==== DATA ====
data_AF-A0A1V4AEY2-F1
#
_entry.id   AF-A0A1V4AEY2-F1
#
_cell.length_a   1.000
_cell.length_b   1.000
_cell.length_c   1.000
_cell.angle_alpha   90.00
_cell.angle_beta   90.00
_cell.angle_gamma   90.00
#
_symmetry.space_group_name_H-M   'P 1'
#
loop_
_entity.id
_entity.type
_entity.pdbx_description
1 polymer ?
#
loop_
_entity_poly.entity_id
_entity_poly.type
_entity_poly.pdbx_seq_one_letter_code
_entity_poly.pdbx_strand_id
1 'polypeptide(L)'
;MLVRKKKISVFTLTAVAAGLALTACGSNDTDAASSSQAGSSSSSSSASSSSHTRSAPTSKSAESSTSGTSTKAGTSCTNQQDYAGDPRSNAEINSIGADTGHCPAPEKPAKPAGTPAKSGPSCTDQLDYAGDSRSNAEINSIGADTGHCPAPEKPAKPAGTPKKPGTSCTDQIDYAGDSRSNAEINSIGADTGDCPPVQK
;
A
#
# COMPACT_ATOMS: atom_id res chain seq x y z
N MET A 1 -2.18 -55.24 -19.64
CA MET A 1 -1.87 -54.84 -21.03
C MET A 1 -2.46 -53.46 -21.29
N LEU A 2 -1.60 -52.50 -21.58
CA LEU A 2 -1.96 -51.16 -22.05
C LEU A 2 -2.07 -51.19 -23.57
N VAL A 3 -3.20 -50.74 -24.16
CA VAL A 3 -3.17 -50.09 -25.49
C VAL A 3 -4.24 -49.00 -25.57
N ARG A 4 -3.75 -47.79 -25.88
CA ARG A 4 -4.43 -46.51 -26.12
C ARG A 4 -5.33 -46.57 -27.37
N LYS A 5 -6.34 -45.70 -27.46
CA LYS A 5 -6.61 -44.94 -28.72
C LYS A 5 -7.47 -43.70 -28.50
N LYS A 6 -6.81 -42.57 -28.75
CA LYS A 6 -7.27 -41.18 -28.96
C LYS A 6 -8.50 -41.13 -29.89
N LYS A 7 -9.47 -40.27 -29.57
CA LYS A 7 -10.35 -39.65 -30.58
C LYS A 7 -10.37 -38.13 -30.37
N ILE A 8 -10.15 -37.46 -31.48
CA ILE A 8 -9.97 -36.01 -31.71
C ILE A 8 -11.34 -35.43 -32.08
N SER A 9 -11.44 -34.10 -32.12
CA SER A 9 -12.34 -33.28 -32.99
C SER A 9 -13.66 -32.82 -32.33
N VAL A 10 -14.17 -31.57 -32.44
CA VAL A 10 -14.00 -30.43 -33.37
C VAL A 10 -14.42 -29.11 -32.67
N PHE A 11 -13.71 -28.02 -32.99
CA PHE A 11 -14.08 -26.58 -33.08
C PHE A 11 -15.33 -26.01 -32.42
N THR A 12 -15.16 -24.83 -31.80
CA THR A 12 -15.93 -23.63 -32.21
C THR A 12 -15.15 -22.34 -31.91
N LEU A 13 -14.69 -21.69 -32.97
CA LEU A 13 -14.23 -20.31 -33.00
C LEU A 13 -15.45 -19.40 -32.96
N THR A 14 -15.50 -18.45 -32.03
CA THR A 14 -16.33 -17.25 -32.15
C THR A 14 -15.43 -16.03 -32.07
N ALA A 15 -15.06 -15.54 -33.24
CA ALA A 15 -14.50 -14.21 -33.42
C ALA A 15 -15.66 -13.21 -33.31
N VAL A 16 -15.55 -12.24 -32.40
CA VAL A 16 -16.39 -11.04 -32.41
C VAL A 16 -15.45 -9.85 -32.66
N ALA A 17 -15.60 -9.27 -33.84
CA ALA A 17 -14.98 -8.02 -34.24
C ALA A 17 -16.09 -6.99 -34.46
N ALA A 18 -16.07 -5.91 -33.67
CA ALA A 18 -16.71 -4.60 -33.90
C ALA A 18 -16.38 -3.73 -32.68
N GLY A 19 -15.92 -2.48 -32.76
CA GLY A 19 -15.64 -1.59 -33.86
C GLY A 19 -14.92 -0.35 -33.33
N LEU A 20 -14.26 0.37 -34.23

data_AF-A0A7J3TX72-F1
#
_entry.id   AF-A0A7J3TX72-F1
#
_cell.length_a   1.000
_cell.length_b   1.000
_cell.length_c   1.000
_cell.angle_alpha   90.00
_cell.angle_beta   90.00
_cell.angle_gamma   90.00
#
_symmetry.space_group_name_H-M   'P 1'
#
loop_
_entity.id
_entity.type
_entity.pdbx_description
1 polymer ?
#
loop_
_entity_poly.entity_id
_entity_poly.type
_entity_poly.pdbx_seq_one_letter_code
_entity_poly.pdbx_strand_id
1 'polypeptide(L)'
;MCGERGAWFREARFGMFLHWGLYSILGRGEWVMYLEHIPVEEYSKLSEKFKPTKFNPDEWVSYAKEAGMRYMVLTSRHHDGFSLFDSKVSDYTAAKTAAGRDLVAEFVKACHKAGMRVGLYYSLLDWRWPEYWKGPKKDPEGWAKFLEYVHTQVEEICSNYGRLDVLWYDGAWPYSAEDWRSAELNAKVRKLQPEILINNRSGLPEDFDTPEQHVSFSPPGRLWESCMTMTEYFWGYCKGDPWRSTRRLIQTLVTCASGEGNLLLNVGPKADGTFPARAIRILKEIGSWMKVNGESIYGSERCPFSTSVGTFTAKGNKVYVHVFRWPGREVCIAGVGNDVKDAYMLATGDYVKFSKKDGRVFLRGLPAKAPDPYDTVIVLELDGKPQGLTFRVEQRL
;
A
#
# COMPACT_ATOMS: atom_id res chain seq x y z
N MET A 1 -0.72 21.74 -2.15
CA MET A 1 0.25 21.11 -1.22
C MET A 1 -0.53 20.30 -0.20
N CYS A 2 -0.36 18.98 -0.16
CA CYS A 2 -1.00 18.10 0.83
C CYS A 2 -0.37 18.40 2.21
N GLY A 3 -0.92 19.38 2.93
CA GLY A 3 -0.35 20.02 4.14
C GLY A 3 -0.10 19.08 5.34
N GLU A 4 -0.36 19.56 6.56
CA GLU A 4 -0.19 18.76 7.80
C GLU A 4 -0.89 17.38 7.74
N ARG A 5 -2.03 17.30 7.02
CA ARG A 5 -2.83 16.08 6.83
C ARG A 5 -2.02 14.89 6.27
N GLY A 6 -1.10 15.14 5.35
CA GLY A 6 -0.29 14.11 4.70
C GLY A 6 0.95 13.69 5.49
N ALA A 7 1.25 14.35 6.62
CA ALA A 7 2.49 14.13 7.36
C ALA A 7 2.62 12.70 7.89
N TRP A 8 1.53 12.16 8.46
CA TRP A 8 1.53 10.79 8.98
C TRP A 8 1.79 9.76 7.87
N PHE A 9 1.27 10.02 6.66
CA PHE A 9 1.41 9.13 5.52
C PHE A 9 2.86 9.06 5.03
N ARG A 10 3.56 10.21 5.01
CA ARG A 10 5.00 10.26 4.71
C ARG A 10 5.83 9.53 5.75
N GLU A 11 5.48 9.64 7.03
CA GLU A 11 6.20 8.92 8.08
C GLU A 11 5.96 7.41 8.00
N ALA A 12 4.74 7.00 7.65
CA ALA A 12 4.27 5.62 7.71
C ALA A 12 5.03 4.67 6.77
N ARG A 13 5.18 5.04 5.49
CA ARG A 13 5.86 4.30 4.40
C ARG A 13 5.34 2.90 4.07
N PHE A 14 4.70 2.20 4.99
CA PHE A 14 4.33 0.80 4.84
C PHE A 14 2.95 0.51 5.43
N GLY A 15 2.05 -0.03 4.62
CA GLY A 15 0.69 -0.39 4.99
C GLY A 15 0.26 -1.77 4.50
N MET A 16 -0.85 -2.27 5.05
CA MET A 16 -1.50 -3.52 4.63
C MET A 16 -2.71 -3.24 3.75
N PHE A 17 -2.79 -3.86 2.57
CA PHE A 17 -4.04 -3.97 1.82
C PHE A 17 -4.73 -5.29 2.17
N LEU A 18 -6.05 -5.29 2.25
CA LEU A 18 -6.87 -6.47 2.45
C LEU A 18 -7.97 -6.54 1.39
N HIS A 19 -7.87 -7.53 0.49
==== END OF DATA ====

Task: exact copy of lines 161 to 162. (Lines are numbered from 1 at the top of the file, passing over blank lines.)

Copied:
N GLY A 15 2.05 -0.03 4.62
CA GLY A 15 0.69 -0.39 4.99